The other security spending items are relatively small. The National Nuclear Security Administration spent $11 billion in 2012; their expenditures are scheduled to fall on a real per capita basis, probably in line with nuclear power as a percent of total American energy consumption. There is also budgeted an "Intelligence Community Management Account" and an "allowance for security agencies," and spending here is effectively stable on a nominal basis at a combined $18.9 billion over 10 years.

Photo by Gage Skidmore.

4 comments:

  1. Regarding your final comment about the National Nuclear Security Administration, the NNSA actually has no particular role with nuclear power. It is a semi-autonomous agency of the Department of Energy, and while the Department has power-related functions, they're separate from the NNSA's work, both programmatically and budgetarily: different Congressional committees authorize that work. The NNSA develops the nuclear propulsion systems used by the Navy; maintains the nuclear weapons stockpile both physically and via a network of supercomputers used for simulations, thereby avoiding nuclear testing; contains the bulks of the response teams used in case of a nuclear or radioactive incident (around the world, not just in the U.S.; they helped a lot post Fukushima, for example); and spearheads the international nonproliferation efforts of the U.S. Government. But I don't know of anything it does that directly relates to nuclear power, except maybe for part of the mission of the incident response teams, so I doubt it's budget will correlate much to nuclear power statistics.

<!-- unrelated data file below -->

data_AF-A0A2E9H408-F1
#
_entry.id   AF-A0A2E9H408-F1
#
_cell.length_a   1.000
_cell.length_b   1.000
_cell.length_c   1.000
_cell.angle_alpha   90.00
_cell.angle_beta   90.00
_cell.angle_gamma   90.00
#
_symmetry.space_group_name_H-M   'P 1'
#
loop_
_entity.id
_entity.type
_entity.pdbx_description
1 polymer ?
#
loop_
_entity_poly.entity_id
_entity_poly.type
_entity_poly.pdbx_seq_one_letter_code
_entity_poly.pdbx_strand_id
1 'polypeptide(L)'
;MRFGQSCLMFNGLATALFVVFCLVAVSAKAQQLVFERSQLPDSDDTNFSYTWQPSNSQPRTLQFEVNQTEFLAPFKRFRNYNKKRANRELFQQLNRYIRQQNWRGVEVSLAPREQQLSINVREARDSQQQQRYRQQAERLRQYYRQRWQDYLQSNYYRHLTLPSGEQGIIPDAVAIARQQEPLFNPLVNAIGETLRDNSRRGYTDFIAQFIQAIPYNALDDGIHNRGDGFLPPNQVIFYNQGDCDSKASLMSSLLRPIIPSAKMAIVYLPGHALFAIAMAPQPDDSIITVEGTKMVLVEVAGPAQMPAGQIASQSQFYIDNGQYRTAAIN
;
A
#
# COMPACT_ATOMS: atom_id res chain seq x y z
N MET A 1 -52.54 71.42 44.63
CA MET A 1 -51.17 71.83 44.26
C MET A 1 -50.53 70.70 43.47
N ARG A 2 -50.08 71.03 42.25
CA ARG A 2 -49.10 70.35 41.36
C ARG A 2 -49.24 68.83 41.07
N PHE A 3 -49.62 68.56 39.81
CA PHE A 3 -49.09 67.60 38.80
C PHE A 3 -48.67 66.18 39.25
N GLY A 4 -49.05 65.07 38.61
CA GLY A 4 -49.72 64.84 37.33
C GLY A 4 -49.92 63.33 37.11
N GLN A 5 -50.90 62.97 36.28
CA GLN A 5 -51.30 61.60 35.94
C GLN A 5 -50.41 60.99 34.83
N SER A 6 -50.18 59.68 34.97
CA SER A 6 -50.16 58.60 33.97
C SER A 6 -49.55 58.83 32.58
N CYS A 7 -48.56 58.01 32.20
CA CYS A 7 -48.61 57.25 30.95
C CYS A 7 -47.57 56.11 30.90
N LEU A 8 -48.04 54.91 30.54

(I work in the nonproliferation section, if you're wondering how I know/why I care).

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    1. I learn something new every day. Thank you.

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  2. As a conceptual matter: national defense is a classic public good, so I would expect real per capita spending to trend *downward* over time, after controlling for exogenous security shocks.

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  3. Regarding your choice of real per capita spending, I must disagree, assuming you are using the US population as your heads. Security spending is related to everything but the number of people in the US. Perhaps it would be more appropriate to use number of people in countries with a US military presence? If the concern is Ryan's, namely total spending, percentage of the budget or GDP might be more appropriate.

    Either way though, no denying that Ryan's plan keeps military spending high